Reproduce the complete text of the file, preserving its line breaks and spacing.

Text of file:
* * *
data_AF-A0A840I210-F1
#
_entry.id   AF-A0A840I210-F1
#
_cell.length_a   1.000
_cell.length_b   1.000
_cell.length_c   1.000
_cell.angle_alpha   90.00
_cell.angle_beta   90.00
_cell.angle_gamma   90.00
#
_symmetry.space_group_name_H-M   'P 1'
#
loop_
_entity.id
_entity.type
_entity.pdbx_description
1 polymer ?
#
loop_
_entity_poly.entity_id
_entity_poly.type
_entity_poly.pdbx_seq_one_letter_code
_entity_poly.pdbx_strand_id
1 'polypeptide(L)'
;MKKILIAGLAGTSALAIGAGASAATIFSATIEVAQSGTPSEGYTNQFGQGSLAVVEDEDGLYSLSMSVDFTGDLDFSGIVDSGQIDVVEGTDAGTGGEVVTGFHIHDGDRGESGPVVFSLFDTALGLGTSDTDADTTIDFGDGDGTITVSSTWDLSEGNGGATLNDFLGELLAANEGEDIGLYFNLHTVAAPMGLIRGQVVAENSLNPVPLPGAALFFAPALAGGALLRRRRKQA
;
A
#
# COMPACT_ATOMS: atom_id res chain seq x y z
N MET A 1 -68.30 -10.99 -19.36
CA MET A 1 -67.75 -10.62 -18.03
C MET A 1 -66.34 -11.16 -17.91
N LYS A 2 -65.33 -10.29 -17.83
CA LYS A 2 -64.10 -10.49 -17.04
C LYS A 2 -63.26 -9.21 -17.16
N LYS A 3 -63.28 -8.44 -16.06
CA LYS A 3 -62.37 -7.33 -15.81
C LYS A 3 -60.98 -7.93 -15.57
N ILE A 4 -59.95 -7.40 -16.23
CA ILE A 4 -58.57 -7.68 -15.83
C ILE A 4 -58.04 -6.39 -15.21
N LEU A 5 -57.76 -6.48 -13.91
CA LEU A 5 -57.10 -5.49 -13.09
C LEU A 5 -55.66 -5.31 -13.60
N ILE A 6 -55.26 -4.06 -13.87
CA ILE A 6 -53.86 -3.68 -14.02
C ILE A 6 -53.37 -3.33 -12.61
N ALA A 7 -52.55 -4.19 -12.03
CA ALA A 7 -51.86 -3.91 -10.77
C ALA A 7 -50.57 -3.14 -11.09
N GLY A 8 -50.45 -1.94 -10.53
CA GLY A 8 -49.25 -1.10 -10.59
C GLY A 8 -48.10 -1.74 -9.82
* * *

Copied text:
data_AF-A0A840I210-F1
#
_entry.id   AF-A0A840I210-F1
#
_cell.length_a   1.000
_cell.length_b   1.000
_cell.length_c   1.000
_cell.angle_alpha   90.00
_cell.angle_beta   90.00
_cell.angle_gamma   90.00
#
_symmetry.space_group_name_H-M   'P 1'
#
loop_
_entity.id
_entity.type
_entity.pdbx_description
1 polymer ?
#
loop_
_entity_poly.entity_id
_entity_poly.type
_entity_poly.pdbx_seq_one_letter_code
_entity_poly.pdbx_strand_id
1 'polypeptide(L)'
;MKKILIAGLAGTSALAIGAGASAATIFSATIEVAQSGTPSEGYTNQFGQGSLAVVEDEDGLYSLSMSVDFTGDLDFSGIVDSGQIDVVEGTDAGTGGEVVTGFHIHDGDRGESGPVVFSLFDTALGLGTSDTDADTTIDFGDGDGTITVSSTWDLSEGNGGATLNDFLGELLAANEGEDIGLYFNLHTVAAPMGLIRGQVVAENSLNPVPLPGAALFFAPALAGGALLRRRRKQA
;
A
#
# COMPACT_ATOMS: atom_id res chain seq x y z
N MET A 1 -68.30 -10.99 -19.36
CA MET A 1 -67.75 -10.62 -18.03
C MET A 1 -66.34 -11.16 -17.91
N LYS A 2 -65.33 -10.29 -17.83
CA LYS A 2 -64.10 -10.49 -17.04
C LYS A 2 -63.26 -9.21 -17.16
N LYS A 3 -63.28 -8.44 -16.06
CA LYS A 3 -62.37 -7.33 -15.81
C LYS A 3 -60.98 -7.93 -15.57
N ILE A 4 -59.95 -7.40 -16.23
CA ILE A 4 -58.57 -7.68 -15.83
C ILE A 4 -58.04 -6.39 -15.21
N LEU A 5 -57.76 -6.48 -13.91
CA LEU A 5 -57.10 -5.49 -13.09
C LEU A 5 -55.66 -5.31 -13.60
N ILE A 6 -55.26 -4.06 -13.87
CA ILE A 6 -53.86 -3.68 -14.02
C ILE A 6 -53.37 -3.33 -12.61
N ALA A 7 -52.55 -4.19 -12.03
CA ALA A 7 -51.86 -3.91 -10.77
C ALA A 7 -50.57 -3.14 -11.09
N GLY A 8 -50.45 -1.94 -10.53
CA GLY A 8 -49.25 -1.10 -10.59
C GLY A 8 -48.10 -1.74 -9.82